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Last Updated: 11/04/14

Pilot Phase Products

The caHUB Administrative Working Group (AWG) included a wide range of experts and opinion leaders across relevant disciplines to produce key recommendations on the components necessary to establish caHUB. This was accomplished by formation of a series of strategic and operational subgroups that met over a period of approximately 9 months to develop recommendations, SOPs, best practices, research findings, and issues for consideration. These focused subgroups (SG) were organized as follows: Strategic Planning/Organizational Structure (SPOS), Cancer Biospecimens (CB), Acquisition of Normal Tissues (ANT), ELSI, Communications, Facilities, Informatics, and Partnerships. In addition to these subgroups, the OBBR engaged the consulting firm Booz Allen Hamilton to perform a thorough analysis of the economic considerations involved in establishing caHUB and to develop cost-recovery models for long-term sustainability.

Among the many recommendations from this group was the recommendation that caHUB evolve into a public-private partnership (PPP) as soon as practicable. One reason behind this recommendation is that a PPP is required to enable the alternative cost-recovery options needed for sustainability and as a reality of limited capacity for Federal financial support. Secondly, forming partnerships with patient advocacy groups, industry, and academia likely would enable caHUB to respond quickly to changing scientific needs and engender greater public trust.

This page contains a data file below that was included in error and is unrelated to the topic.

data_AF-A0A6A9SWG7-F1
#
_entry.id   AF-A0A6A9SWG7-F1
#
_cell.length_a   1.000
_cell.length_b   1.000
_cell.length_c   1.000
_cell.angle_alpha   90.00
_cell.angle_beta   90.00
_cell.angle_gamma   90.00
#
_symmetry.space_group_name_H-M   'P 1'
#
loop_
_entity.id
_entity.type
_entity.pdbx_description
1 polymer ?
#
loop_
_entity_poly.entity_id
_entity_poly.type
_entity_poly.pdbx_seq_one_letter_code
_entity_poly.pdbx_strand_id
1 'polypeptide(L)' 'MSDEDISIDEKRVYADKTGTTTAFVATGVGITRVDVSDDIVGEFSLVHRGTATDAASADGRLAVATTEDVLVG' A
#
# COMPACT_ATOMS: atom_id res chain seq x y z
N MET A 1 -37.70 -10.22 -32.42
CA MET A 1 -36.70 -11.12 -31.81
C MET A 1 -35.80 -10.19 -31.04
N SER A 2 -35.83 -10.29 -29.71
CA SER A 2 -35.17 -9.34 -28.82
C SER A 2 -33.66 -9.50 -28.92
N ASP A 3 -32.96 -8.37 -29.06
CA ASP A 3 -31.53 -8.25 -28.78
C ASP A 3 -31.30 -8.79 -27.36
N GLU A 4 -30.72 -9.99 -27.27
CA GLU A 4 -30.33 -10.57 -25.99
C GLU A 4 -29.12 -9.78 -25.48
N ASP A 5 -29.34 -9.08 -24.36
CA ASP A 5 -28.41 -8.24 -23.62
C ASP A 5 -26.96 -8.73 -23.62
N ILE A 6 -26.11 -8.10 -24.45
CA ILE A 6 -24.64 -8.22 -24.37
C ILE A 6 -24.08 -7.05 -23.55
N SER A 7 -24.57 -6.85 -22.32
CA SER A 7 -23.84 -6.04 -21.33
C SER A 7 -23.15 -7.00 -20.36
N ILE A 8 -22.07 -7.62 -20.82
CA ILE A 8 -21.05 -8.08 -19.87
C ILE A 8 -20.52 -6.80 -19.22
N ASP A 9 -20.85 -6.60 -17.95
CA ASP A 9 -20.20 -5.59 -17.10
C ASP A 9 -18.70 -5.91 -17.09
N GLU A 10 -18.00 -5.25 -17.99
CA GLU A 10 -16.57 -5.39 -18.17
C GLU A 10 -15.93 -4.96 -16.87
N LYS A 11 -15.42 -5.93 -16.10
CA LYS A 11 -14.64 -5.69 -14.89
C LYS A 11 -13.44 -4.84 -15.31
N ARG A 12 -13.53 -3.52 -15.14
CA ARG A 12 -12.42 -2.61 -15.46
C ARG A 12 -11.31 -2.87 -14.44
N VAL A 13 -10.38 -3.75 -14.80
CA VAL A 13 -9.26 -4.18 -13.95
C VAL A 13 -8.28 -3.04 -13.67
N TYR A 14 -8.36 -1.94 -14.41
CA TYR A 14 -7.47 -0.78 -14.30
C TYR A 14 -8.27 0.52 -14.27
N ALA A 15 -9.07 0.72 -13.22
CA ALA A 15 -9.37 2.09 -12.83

The AWG also provided many other products to the caHUB team that might prove useful to individuals interested in developing biorepositories. These include:

  • Strategic mission and vision recommendations outlining worthy goals and an appropriate array of services of use to the research community
  • Cancer-specific acquisition SOPs (based on input from nationally recognized pathologists and surgeons, incorporating evidence-based practices when available)
  • Best practices for postmortem recovery of normal human tissue for research
  • An informed consent template document (including minimum criteria and key elements such as clear description of physical donation, potential use of contributed specimens, protection of privacy, ability to withdraw, and expectations for future interaction or benefit from donation)
  • General guidance principles surrounding the breadth of ethical, legal and social issues relevant to collection of human biospecimens (e.g. governance, intellectual property rights, return of research results, conflict of interest policy, pediatric participation, and issues related to rapid-autopsy donations)